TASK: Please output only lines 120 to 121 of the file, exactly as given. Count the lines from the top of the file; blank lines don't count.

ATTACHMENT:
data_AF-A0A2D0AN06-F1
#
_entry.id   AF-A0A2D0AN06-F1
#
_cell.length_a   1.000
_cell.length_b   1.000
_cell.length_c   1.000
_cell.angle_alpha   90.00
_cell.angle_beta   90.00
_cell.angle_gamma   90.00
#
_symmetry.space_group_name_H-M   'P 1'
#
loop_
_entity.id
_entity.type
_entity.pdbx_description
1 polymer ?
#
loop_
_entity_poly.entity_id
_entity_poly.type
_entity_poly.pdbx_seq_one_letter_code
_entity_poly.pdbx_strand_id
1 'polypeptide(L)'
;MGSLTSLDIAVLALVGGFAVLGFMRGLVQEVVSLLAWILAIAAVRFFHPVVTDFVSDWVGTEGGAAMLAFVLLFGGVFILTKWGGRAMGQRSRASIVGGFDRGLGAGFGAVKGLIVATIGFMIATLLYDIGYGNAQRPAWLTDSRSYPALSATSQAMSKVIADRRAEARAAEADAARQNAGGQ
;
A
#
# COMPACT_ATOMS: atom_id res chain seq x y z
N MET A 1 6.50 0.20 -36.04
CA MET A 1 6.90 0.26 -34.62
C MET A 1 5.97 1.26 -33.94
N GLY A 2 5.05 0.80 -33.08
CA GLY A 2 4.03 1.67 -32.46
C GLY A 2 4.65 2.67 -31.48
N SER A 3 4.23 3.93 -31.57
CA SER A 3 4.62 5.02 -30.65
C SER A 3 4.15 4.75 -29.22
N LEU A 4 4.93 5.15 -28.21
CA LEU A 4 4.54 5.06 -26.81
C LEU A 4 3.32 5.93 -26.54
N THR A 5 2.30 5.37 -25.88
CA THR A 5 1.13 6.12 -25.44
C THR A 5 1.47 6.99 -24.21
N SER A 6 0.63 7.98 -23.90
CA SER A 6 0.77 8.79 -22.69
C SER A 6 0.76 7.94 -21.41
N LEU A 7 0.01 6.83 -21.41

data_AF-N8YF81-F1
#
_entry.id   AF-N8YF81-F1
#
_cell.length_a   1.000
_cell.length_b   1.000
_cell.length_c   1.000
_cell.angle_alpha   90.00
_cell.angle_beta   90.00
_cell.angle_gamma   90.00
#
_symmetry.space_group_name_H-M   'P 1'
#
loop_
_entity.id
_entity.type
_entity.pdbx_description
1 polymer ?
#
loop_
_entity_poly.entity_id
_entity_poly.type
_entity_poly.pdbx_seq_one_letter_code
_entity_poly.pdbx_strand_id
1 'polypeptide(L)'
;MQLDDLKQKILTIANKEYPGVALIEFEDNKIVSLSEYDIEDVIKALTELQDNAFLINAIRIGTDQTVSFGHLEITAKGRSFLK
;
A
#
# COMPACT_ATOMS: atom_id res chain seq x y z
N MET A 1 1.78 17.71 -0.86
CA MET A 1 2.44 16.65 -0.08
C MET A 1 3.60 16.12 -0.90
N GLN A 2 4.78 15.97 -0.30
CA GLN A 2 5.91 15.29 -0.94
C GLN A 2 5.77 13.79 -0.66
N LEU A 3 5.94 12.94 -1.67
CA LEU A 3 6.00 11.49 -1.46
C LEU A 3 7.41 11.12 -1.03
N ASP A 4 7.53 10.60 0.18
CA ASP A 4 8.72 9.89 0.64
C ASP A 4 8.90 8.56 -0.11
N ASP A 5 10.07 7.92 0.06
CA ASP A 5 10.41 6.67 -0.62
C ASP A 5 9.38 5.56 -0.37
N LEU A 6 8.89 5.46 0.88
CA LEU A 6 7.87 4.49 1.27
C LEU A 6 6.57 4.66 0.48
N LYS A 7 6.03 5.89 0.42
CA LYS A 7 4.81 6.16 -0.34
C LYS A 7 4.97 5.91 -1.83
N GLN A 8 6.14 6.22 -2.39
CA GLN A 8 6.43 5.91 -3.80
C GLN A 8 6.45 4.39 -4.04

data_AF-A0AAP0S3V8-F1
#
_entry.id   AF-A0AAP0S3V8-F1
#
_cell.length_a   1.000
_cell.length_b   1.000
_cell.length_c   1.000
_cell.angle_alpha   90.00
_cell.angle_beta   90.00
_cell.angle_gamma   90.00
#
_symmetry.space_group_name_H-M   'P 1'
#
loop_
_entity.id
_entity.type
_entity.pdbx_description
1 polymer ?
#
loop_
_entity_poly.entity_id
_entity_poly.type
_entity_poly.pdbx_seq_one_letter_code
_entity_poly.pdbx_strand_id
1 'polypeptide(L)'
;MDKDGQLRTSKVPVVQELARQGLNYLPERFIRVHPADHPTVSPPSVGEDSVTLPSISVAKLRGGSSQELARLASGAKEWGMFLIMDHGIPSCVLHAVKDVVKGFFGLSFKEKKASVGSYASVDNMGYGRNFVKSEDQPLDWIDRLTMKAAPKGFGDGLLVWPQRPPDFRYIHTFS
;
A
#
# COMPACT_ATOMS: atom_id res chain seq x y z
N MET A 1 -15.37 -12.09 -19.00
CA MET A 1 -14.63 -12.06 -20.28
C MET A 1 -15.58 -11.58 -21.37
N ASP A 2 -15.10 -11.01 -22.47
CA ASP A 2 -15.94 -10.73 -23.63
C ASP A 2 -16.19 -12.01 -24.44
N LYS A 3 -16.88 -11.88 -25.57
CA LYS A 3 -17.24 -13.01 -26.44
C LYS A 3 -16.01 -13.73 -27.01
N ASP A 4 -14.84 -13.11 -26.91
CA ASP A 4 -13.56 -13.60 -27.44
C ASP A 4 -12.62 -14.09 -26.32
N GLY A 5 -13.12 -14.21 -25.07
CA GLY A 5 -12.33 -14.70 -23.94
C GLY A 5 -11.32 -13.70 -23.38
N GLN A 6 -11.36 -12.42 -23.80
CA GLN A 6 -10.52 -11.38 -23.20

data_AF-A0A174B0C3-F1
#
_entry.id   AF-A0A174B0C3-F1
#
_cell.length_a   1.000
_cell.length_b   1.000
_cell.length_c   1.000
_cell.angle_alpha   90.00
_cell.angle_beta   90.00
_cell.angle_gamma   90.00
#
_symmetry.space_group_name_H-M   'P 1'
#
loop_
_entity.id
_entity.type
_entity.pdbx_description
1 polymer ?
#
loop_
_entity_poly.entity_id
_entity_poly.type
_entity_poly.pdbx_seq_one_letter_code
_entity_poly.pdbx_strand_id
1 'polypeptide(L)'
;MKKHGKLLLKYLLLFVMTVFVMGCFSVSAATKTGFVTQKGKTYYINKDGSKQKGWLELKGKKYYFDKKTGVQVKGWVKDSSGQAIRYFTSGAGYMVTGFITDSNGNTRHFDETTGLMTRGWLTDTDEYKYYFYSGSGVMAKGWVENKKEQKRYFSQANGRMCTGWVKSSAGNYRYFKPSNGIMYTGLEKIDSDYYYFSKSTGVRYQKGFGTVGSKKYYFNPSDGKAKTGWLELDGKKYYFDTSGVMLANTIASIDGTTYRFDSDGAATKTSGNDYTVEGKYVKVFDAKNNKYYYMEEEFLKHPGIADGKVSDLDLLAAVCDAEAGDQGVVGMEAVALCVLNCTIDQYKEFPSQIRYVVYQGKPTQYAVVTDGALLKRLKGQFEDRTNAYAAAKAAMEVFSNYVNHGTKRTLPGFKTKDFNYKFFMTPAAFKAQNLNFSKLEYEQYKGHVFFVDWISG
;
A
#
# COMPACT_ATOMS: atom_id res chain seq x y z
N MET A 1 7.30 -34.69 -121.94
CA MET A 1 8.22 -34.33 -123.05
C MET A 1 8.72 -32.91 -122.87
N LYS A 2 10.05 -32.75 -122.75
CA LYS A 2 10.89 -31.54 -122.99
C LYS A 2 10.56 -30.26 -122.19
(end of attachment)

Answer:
_entity.pdbx_description
1 polymer ?